Sharp Corp. may turn to the last resort for Japanese companies facing potential bankruptcy — the government.
With ¥200 billion of convertible bonds maturing in 2013, Sharp may have to ask the governmental Enterprise Turnaround Initiative Corp. or Innovation Network Corp. of Japan for money, said Fumiaki Sato, cofounder of Sangyo Sosei Advisory Inc., a turnaround advisory firm.
Sharp has failed to win a planned ¥67 billion equity investment from billionaire Terry Gou’s Foxconn Technology Group.
Sharp hemorrhaged ¥103 billion in cash from operations in the first half of the year as Japan’s electronics industry struggles with dwindling demand and competition from Samsung Electronics Co. A bailout may follow the precedent set by the government rescue of Japan Airlines Corp. two years ago that wiped out shareholders while keeping planes in the air.
“Japan has no other option but to help companies that need a bailout, given the possible impact to the economy,” said Yuuki Sakurai, president of Fukoku Capital Management Inc. “If Sharp fails, there will be a lot of job losses, including those at suppliers, and the impact of that can’t be ignored.”
The company’s share price has declined 77 percent this year, the worst performer among more than 1,600 stocks in the MSCI World Index.
The government-backed ETIC injected ¥350 billion into bankrupt JAL, which filed for bankruptcy with ¥2.32 trillion in liabilities. INCJ is said to be in discussions to purchase microcontroller maker Renesas Electronics Corp.
Faced with falling demand for TVs and a record yen that erodes the repatriated value of overseas sales, Sony Corp., Panasonic Corp. and Sharp plunged to record losses last year. After failing to come up with hit products to challenge Samsung and Apple Inc., Japanese consumer electronics companies have resorted to closing factories, firing workers and cutting costs to revive.
Sharp warned last Thursday it may post a record ¥450 billion loss in the year ending March 31, following last year’s ¥376 billion loss. Japan’s largest maker of liquid-crystal displays said there was “material doubt” about its ability to survive.
The losses drove down its equity capital ratio as of Sept. 30 to 10.3 percent, less than a third of what it was a year ago.
“Sharp needs to boost up capital as it cannot generate profit from its businesses,” said Yasuo Nakane, an analyst with Deutsche Securities Inc. in Tokyo. “There aren’t many more assets that can be provided for bank loans, and the company cannot sell bonds. A public offering is unrealistic, given its share price.”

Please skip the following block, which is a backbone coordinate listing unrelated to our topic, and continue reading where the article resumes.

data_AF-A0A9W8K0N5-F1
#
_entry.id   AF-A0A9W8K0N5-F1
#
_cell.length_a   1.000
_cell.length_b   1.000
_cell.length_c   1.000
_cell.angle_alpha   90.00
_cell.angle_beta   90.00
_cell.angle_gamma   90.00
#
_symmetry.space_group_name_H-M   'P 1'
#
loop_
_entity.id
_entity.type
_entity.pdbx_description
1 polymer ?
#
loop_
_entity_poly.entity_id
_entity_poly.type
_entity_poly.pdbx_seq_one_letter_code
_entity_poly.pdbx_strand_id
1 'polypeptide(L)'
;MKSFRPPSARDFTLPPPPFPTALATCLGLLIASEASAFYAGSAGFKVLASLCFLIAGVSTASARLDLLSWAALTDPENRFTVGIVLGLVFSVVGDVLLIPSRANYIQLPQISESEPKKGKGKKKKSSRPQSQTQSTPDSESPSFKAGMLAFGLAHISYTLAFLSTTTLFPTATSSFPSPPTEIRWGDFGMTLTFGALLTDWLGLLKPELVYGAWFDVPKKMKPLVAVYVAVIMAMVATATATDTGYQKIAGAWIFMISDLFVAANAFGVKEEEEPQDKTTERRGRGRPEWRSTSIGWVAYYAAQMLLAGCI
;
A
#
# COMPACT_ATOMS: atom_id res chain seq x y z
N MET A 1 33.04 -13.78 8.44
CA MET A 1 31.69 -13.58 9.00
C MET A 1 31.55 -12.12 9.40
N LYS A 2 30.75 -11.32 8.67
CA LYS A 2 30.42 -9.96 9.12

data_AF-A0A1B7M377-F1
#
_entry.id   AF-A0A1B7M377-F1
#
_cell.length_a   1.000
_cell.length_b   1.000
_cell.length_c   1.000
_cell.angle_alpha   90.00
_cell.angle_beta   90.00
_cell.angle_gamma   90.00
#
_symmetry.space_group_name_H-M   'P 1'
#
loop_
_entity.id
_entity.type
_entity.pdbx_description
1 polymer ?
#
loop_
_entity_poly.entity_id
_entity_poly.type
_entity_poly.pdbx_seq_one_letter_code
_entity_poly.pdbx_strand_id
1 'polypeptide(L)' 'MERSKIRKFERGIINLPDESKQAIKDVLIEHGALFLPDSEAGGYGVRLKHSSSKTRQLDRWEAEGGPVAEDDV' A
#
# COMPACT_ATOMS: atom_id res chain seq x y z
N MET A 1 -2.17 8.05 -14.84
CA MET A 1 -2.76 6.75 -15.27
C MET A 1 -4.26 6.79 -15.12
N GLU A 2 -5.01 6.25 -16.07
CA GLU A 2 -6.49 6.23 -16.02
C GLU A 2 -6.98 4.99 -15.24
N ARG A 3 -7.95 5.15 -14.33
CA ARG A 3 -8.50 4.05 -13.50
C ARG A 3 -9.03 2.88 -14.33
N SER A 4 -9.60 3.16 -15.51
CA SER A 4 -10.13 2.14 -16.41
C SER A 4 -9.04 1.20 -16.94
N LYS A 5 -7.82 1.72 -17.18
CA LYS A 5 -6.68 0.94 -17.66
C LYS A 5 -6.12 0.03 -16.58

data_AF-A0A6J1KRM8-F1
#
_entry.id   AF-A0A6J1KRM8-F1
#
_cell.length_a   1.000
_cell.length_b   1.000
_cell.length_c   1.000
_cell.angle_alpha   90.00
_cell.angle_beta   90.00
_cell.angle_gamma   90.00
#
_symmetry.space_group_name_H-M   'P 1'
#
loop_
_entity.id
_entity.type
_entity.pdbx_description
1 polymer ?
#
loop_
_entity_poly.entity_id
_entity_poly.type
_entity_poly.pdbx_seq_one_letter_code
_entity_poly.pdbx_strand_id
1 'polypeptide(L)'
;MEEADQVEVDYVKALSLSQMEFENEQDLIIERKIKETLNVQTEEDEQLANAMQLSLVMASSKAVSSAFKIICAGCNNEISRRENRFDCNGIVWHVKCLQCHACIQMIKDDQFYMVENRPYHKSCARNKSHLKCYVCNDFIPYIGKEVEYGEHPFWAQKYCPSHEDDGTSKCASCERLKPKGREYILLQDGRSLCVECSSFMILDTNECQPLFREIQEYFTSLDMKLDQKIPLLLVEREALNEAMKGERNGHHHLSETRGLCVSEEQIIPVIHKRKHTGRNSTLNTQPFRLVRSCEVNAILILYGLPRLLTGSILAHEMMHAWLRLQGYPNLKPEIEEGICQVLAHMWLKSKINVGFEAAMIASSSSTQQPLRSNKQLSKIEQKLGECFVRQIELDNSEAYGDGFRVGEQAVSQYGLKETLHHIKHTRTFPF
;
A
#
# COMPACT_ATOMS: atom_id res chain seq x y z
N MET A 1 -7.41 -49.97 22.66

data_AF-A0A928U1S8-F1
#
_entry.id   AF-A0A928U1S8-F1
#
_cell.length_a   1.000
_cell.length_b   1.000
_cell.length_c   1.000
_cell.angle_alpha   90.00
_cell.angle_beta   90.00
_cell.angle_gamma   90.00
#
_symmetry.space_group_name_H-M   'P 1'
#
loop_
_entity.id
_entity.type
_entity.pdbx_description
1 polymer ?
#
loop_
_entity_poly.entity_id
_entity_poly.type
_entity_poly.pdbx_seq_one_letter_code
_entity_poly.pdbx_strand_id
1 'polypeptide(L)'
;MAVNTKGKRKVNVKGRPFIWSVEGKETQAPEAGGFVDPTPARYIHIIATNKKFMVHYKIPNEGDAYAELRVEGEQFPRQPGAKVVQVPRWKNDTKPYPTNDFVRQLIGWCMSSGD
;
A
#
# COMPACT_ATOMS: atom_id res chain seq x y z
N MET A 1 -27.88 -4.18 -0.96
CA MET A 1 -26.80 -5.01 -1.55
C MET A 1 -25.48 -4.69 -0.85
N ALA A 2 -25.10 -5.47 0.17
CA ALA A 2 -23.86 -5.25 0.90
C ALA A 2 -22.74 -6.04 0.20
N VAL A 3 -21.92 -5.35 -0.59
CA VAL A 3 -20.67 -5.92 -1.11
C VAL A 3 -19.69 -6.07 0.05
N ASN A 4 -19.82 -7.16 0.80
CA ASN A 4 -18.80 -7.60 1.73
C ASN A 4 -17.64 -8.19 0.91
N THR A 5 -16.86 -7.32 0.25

Interest-bearing debts swelled to a record high ¥1.2 trillion as of Sept. 30, the company said in a statement Thursday. Earlier this year, Sharp won ¥360 billion in loans from banks after earlier pledging its stake in Pioneer Corp., its headquarters and some factories as collateral.
“We’ve cleared concerns over our funding in the immediate future by getting syndicated lending,” said Miyuki Nakayama, a spokeswoman for Sharp. “Our two main banks have also made clear their willingness to support us. We’ll continue making efforts to improve our financing situation.”
Representatives at ETIC and INCJ both declined comment. They declined to disclose their names, citing company policies.
Some lawmakers say Sharp may not warrant being rescued.
“It would only be proper to use public funds for a corporate bailout if there was a very thorough explanation for it,” Masahiko Shibayama, a Liberal Democratic Party member of the Lower House, said in an interview Friday. “I’m cautious because of the precedent it might set.”
Sharp, whose customers include Apple and Boeing Co., had 55,216 employees as of Sept. 30.
In March, the company signed an agreement to sell a 9.9 percent stake to Taipei-based Foxconn at ¥550 a share. The two companies are renegotiating the deal after Sharp’s shares plunged. Fitch Ratings cut the company to junk Friday, slashing the ratings by six levels to B-.
“Fitch does not foresee any meaningful operational turnaround in the company’s core business over the short to medium term,” the ratings company said.
The government started ETIC in 2009 to revitalize the economy by providing support for domestic businesses. ETIC invested in JAL after the carrier filed the nation’s biggest bankruptcy of a nonfinancial company.
JAL returned to the stock market Sept. 19 in a ¥663 billion public offering after a two-year turnaround that transformed it into the world’s most profitable airline. The deal ended up earning the government about ¥300 billion.
INCJ started in 2010 with almost ¥900 billion in financial support from the government and 19 private corporations under a goal to spur economic growth by promoting consolidation and nurturing new businesses.
Renesas Electronics Corp., the world’s largest maker of microcontrollers, may be acquired for about ¥200 billion by a group led by INCJ as early as this month, two sources said Oct. 15.
Some companies that needed bailouts found other means to raise money. Elpida Memory Inc., the chip-maker that filed for bankruptcy in February, won a bid in July from Micron Technology Inc., which proposed a transaction valued at ¥200 billion.
Given the deterioration in the electronics industry, even a government bailout may not return the company to viability, according to Hideki Yasuda, an analyst at Ace Securities Co. in Tokyo.
“Burdened with high debts, getting some investment from a state-backed fund or a private company may be meaningless,” Yasuda said. “There are still possibilities for bankruptcy because it takes so much money to bail out Sharp.”